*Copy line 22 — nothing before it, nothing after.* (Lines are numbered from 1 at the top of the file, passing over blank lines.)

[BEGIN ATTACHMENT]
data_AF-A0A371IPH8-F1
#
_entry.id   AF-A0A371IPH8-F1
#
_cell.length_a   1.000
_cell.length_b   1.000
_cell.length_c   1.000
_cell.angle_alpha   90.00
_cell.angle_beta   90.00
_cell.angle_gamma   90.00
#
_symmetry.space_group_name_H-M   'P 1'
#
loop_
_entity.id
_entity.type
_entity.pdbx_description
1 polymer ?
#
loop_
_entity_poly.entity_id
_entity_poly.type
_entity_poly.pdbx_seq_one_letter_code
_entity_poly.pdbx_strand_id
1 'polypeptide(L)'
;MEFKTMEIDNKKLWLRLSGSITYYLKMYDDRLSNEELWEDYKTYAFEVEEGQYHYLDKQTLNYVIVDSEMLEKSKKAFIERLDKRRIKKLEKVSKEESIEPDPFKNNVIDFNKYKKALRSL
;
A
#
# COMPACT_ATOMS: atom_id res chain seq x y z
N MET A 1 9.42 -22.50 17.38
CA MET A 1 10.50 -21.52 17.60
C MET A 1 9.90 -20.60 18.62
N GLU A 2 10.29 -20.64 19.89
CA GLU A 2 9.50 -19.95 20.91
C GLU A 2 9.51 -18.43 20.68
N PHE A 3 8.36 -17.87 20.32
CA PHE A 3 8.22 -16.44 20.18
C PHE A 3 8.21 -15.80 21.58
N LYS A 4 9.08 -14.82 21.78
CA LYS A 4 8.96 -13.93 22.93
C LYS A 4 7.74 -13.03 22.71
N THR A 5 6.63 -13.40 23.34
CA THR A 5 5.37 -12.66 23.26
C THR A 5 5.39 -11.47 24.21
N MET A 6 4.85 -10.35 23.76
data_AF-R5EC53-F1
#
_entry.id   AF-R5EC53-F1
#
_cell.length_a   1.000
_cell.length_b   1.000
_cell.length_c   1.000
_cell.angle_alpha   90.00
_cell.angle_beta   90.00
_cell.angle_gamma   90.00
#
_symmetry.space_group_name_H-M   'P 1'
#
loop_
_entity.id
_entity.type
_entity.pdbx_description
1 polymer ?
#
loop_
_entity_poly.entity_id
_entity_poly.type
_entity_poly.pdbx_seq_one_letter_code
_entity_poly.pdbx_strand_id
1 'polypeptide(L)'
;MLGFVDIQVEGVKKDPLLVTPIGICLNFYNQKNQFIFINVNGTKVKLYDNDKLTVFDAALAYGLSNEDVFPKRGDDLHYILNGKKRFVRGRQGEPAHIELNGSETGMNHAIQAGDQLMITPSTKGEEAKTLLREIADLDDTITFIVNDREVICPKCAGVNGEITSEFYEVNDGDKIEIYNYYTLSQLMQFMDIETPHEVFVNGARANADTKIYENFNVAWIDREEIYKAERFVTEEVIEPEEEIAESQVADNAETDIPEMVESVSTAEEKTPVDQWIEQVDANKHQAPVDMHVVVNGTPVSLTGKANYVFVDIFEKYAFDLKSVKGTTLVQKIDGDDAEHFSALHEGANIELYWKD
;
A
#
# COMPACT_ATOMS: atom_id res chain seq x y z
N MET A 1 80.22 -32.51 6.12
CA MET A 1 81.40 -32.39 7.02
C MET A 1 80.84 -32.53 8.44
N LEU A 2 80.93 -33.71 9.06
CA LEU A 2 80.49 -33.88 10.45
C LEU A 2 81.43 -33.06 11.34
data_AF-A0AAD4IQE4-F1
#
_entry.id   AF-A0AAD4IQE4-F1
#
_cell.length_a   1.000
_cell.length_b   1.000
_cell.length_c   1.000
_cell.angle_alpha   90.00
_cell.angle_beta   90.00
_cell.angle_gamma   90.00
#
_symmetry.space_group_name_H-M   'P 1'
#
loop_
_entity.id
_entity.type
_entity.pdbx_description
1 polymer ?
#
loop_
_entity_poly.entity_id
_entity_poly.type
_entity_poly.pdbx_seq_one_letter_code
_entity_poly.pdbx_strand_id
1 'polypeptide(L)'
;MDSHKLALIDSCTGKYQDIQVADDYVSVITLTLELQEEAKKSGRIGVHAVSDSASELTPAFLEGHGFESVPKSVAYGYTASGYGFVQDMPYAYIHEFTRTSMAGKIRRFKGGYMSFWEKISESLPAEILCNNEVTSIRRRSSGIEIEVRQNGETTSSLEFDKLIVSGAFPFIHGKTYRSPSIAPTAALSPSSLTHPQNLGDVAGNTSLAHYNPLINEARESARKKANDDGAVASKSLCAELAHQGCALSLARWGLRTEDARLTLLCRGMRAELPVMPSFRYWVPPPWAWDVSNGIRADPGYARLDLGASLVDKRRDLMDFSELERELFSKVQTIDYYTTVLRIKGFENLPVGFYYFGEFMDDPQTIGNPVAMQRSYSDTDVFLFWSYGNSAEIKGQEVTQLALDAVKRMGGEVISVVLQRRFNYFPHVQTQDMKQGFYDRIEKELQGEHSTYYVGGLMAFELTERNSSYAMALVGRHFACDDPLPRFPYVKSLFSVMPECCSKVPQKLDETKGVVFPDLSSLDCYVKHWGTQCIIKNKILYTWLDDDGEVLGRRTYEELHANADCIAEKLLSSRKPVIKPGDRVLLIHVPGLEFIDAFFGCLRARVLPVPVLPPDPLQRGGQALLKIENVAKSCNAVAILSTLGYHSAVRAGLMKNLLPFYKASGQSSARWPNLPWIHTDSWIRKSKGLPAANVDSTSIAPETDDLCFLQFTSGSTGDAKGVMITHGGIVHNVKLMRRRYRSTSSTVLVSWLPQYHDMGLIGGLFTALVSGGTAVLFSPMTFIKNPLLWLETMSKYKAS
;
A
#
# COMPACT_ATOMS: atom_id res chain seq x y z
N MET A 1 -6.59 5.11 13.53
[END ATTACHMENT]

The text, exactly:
_entity_poly.type